The Beatles Accomplishments

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The Beatles were clever and abnormally demanding in the ways they shaped and elaborated their musical ideas. Each Beatle had a different personal style; Paul McCartney, having a natural melodic temperament voiced his romantic- sentimental confidence in a wide range of tunes that were capable of being sung or whistled without musical support (Studwell & Lonergan). His harmonic designs were the most stylish in the Beatles’ repertoire, often demonstrating classical grace and formal composure. John Lennon on the other hand preferred lines close to the narrow span of speech-inflections, depended on harmonic context to emphasize color and emotional power. Lennon-McCartney became the house name for original song writing and in many cases succeeded…show more content…
Guitar Feedback The first use of guitar feedback was an accident, it began as a guitar accidentally being placed on an amplifier and later perfected to be included live on stage by John Lennon. During the recording of “I Feel Fine”, McCartney plucked the A-string on his bass guitar which produced a feedback note tone that was picked up on Lennon’s semi acoustic guitar becoming the first feedback recorded on a rock and roll record (Lewisohn). In The Complete Beatles Recording Sessions, Mark Lewisohn describes concerts where Lennon would turn to face the amplifiers during a solo to get the feedback effect; which could be defined that feedback was not restricted to the beginning of a song. The Beatles continued to emphasize feedback on later songs; for example, “It’s All Too Much”, begins with constant guitar feedback. A Classical…show more content…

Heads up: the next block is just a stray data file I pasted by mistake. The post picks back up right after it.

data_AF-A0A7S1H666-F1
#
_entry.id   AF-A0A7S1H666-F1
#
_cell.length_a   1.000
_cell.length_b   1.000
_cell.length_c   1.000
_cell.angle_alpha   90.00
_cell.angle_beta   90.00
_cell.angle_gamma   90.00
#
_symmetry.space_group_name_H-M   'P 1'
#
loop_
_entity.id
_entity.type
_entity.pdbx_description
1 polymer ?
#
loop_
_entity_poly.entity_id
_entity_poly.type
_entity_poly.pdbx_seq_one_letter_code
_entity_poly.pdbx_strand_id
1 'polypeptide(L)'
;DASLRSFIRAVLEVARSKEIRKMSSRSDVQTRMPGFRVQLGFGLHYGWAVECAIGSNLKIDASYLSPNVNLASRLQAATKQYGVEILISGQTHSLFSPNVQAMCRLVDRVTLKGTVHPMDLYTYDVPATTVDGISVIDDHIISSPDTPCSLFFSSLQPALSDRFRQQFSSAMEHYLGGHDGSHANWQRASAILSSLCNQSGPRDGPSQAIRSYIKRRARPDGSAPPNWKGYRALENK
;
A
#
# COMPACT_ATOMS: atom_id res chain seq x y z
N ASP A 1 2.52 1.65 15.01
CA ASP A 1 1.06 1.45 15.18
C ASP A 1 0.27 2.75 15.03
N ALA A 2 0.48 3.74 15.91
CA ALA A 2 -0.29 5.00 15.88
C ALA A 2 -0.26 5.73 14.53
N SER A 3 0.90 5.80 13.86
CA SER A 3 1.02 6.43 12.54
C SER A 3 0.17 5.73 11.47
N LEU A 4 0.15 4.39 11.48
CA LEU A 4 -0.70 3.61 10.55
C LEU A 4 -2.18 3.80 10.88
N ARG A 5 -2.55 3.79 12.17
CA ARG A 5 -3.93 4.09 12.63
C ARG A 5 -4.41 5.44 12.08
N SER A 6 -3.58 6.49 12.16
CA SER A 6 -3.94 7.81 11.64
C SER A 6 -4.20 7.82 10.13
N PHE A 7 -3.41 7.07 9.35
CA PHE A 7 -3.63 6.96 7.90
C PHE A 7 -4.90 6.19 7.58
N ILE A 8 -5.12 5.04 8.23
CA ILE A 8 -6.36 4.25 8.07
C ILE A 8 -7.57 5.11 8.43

Today studios use SMPTE time codes to help synchronize tape machines. During the recording of “ A Day in the Life”, Townsend synchronized two machines to make extra tracks available for recording the orchestra. He used a 50Hz tone on the remaining track on one machine and used that tone to control the second machine’s speed (Lewisohn). In today’s use of a SMPTE controlled recorder, it provides a mechanism so that the second tape will automatically line up with the master tape and synchronize the start and stop of each recording. With the sample tone used in “ A Day in the Life”, the beginning position had to be marked with a wax pencil on both machines, the operator had to line the marks by eye, and attempt to push play and record simultaneously (Emerick & Mussey). . This technique was semi-successful, often when sound engineers attempted to use the synchronized tapes on different machines; the synchronization was some times lost. This was the first time in a major recording studio that tape machines have been used to synchronize (Emerick & Mussey). Backwards

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